Saturday, September 06, 2008

McCain on education choice

Senator John McCain's acceptance speech at the Republican National Convention contained these words regarding education:

Equal access to public education has been gained, but what is the value of access to a failing school?

We need to shake up failed school bureaucracies with competition, empower parents with choice.

Let’s remove barriers to qualified instructors, attract and reward good teachers, and help bad teachers find another line of work.

When a public school fails to meet its obligations to students, parent — when it fails to meet its obligations to students, parents deserve a choice in the education of their children. And I intend to give it to them.

Some may choose a better public school. Some may choose a private one. Many will choose a charter school. But they will have the choice, and their children will have that opportunity.

Senator Obama wants our schools to answer to unions and entrenched bureaucrats. I want schools to answer to parents and students.

And when I’m president, they will.

I'd add taxpayers and voters in that list of who schools need to answer to. I'm disappointed that he didn't mention homeschooling as an option but he didn't exclude it either unlike the Obama endorsing National Education Association who would like to kill the option altogether.

4 comments:

Rock said...

Education reform is always given lip service during elections. But why is it the more that is spent on public education, the more it fails? I think the greatest problem the democratic party has is the entrenchment of the teachers union in its ranks. As for the Republicans, they too do not really address the issue. There merit based system does nothing to foster the success of our children. Parents need to take back there children and teach them that they can educate themselves their entire lifetime. Register to Vote! http://www.boppoll.com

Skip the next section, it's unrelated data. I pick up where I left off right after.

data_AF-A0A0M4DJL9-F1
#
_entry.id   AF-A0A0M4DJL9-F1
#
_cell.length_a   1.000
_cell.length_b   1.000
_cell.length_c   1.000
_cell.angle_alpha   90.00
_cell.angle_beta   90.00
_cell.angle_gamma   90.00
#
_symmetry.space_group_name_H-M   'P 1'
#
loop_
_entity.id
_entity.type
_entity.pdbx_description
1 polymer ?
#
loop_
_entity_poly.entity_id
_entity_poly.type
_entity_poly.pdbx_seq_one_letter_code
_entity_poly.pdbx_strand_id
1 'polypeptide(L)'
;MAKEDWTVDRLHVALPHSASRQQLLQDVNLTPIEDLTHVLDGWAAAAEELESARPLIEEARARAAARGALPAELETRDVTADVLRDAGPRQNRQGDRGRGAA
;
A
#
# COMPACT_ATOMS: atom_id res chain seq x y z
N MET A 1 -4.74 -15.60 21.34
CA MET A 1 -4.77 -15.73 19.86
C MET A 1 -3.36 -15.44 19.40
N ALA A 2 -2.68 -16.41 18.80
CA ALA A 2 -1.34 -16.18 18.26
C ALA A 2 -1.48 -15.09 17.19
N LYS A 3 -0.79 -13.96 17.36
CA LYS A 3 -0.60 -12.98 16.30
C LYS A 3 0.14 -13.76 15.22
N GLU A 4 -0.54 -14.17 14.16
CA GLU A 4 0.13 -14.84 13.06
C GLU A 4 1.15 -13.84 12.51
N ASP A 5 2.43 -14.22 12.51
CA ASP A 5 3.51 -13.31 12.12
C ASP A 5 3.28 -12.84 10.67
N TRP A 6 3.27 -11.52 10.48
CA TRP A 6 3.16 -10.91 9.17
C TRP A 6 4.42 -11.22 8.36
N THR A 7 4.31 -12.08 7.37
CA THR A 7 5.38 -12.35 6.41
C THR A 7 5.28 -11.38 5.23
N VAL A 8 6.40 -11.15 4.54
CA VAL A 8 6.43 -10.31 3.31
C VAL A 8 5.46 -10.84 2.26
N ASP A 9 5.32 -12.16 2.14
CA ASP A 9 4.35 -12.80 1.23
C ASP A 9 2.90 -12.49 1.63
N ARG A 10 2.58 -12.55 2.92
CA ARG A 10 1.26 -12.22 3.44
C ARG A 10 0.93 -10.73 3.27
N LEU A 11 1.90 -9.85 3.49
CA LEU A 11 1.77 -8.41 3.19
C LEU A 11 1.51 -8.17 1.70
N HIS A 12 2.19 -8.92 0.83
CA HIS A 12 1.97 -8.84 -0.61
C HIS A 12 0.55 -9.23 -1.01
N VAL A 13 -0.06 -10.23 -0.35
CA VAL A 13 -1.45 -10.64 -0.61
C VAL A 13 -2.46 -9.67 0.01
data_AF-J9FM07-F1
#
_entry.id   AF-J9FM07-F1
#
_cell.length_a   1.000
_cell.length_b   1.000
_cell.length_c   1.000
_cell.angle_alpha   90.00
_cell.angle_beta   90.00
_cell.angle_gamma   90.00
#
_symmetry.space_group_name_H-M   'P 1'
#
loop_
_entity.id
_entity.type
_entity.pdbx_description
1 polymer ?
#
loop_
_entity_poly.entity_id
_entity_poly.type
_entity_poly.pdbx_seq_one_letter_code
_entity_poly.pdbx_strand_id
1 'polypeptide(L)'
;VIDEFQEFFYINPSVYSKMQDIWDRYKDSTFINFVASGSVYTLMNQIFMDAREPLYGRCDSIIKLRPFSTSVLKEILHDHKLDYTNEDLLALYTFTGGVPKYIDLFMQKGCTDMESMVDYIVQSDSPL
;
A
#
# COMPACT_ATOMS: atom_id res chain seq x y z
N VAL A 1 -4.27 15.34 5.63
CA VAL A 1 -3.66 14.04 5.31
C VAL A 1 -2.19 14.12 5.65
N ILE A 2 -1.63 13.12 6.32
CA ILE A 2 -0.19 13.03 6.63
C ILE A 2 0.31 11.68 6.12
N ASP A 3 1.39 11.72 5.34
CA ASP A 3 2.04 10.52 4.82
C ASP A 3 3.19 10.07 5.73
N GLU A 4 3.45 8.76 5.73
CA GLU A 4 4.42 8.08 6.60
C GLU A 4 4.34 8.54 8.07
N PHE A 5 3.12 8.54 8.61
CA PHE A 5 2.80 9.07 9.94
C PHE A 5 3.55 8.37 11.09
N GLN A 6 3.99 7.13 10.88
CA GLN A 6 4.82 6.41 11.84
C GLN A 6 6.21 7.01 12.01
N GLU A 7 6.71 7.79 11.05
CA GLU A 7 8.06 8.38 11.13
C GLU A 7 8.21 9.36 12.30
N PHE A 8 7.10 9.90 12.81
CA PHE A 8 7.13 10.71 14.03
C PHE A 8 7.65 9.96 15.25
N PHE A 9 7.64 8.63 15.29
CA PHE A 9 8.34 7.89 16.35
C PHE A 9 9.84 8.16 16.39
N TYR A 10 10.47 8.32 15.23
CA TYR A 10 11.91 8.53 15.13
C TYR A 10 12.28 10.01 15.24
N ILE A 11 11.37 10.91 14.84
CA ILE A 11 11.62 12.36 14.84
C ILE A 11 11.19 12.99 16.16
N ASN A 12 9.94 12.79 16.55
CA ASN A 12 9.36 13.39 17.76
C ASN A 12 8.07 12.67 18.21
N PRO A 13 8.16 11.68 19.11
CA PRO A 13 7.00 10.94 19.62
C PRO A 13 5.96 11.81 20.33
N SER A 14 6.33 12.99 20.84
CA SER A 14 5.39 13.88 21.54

Kay Brooks said...

Why the more spent the more failure? Because it gets further from the actual consumer who ought to have the opportunity to legitimately hold it accountable.

Eric said...

"When a public school fails to meet its obligations to students, parent — when it fails to meet its obligations to students, parents deserve a choice in the education of their children. And I intend to give it to them."

I thought this only implied something without really saying anything. If the parents really have choice, why do they first have to wait on the public school to fail? It sounds like that is still the default option. Even NCLB takes so many consecutive years of failure to the same "people group" that it is not much of an accountability in terms of your child.

Kay Brooks said...

Good point, Eric. It should be choice from the get go.